WI v ENG 5th ODI Preview

Sat, Mar 2, '19


Windies v England

It’s back to St. Lucia for Windies and England; this time for the fifth and final ODI, at the Daren Sammy Cricket ground on Saturday. After posting what was one of the highest ever totals in One Day Internationals (joint 8th) on Wednesday at the St. George’s Stadium in Grenada, the visitors were made to sweat as the hosts had the audacity to attempt a successful chase of 419. It was indeed a valiant effort, but West Indies fell short by 29 runs in the end. We know, all too well however, that ‘almosts’ and second places are not remembered.

And so, Caribbean fans will set out to determine ‘cause-of-loss’ in their post-match autopsy. While many understandably, have pinpointed Hetmyer’s dismissal as the cause; what of Jos Buttler being put down on 93?

In Windies’ chase, the only batsmen not to make an impact were Shai Hope (who was expertly set up) and Hetmyer. Now, if we have to go back to one of these two batsmen who did not contribute so as to lay blame, it says to me that 419 was too large a target. One could argue that the pitch was a batting paradise of course, among other things; but all things no longer remain equal when scoreboard pressure comes into play. 419 is a total that leaves almost no room for error; when has limited room for error and run-chases ever bode well for a team?

Who could defend the rash shot that Hetmyer played to get out, or his irresponsibility knowing the role he has in this team? No one, but if we are throwing blame why can’t we consider the two set batsmen (Nurse and Brathwaite) who got us within touching distance of victory long after Hetmyer was sent back to the pavilion then got themselves out in consecutive deliveries?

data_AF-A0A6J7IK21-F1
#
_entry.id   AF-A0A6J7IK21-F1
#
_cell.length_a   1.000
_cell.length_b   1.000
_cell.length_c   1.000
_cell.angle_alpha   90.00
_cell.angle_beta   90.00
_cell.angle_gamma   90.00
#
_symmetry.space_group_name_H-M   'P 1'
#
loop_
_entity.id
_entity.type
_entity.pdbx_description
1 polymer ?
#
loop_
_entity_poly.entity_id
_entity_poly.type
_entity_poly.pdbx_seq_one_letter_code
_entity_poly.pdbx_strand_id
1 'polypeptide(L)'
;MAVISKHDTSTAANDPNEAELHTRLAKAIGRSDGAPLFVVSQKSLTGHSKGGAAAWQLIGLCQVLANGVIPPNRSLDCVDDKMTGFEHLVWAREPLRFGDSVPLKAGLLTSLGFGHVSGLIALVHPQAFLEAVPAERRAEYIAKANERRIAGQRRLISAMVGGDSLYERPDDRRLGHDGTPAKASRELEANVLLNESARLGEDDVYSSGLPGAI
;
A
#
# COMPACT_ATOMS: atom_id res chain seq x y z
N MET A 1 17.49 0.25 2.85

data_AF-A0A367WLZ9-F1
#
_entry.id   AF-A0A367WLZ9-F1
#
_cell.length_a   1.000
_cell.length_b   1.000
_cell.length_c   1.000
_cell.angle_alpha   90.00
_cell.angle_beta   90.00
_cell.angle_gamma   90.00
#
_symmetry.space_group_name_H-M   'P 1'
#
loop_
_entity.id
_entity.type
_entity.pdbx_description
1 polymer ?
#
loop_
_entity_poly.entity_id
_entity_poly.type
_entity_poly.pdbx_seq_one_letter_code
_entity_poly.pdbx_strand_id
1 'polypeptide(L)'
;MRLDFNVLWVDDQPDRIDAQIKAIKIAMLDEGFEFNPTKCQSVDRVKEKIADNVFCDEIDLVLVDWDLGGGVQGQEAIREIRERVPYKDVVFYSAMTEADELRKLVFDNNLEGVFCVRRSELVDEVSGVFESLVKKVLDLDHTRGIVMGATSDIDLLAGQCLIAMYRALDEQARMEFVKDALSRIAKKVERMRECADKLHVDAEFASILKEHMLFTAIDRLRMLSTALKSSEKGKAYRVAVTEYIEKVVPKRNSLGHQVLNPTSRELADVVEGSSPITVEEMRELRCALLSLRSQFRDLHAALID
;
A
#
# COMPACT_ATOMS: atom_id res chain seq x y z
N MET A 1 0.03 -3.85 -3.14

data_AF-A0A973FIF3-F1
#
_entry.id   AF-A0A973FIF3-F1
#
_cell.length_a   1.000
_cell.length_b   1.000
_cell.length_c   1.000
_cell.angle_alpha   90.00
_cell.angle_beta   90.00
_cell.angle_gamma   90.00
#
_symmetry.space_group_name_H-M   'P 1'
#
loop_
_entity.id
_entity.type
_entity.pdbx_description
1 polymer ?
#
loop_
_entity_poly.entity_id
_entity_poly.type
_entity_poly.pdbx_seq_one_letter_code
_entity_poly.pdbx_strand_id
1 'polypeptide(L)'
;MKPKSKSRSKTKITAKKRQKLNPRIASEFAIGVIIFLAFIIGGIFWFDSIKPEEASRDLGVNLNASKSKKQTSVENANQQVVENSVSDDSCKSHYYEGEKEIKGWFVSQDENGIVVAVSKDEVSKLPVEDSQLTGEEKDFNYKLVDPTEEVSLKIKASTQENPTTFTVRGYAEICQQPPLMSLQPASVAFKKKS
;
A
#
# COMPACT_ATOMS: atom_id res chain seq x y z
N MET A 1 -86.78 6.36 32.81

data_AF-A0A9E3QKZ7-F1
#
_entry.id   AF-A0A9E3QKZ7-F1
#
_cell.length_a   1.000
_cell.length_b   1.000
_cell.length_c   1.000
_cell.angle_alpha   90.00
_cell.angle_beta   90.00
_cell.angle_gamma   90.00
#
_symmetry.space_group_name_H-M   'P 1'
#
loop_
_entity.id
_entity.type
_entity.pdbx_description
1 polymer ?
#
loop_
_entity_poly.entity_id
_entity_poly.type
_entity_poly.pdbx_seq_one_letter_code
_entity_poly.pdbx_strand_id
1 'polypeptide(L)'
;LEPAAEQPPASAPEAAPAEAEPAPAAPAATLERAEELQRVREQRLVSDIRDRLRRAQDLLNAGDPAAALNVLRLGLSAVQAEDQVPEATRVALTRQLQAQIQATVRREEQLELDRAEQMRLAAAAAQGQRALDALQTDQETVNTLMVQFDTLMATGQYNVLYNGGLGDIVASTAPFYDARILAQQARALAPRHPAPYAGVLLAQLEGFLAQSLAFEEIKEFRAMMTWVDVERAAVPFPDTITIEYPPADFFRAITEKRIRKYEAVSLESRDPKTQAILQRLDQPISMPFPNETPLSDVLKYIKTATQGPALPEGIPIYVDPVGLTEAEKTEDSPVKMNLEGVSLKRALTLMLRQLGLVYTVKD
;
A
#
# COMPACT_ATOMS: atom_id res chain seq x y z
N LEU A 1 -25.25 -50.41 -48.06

And so we revisit Jos Buttler who was dropped when on 93 then went on to add fifty-seven more runs in the next twenty-two deliveries he faced. It should not have mattered how dominant a position England was in; still, the fielders should have been giving their team every chance – even ‘saving one’ and taking catches when the opportunities presented themselves.

It cannot be argued that the target would have been fifty-seven less if Campbell had held on to the catch. However, we do know that a new batsman would have needed time to get himself in and that might have very well been the opening for Windies to stem the flow of runs.

We have never been afraid to call Brathwaite out for his non-performances, so let us give credit where it is due. It was he and Thomas (who continues to perform well in the middle-overs) who were responsible for dragging England back from the “flier” they got off to; with Brathwaite setting the example and Thomas taking the wickets.

With the series coming to a close and a chance to merely “draw level” coming up on Saturday, the West Indies has yet to strike the balance with their team. Therefore, changes must be made; with the chances given to John Campbell and the Jamaican’s reluctance to grab any, what would it hurt to give Nicolas Pooran a go at the top of the order tomorrow?

Additionally, when will the West Indies accept defeat in this ploy of two spinners? If opportunities squandered by Nurse and Bishoo does not bring an opportunity for Fabian Allen tomorrow then it means this team has made-up minds about who is going to play in England. If there is certainty from the West Indies that there is indeed something to gain from two slower-bowlers then how about a change of personnel? And if Windies switches from two to one spinner tomorrow without giving Allen a shot, it will be fair to conclude that it was not a tactic of two spinners but just a matter of personnel.

It was previously stated that this Windies team, in a run-chase, would be a batsman short; the same came back to haunt on Wednesday. It is now important that we do not overcompensate and go with bits and pieces players tomorrow, but on the contrary-respect the specialist batsmen and bowlers and their respective crafts.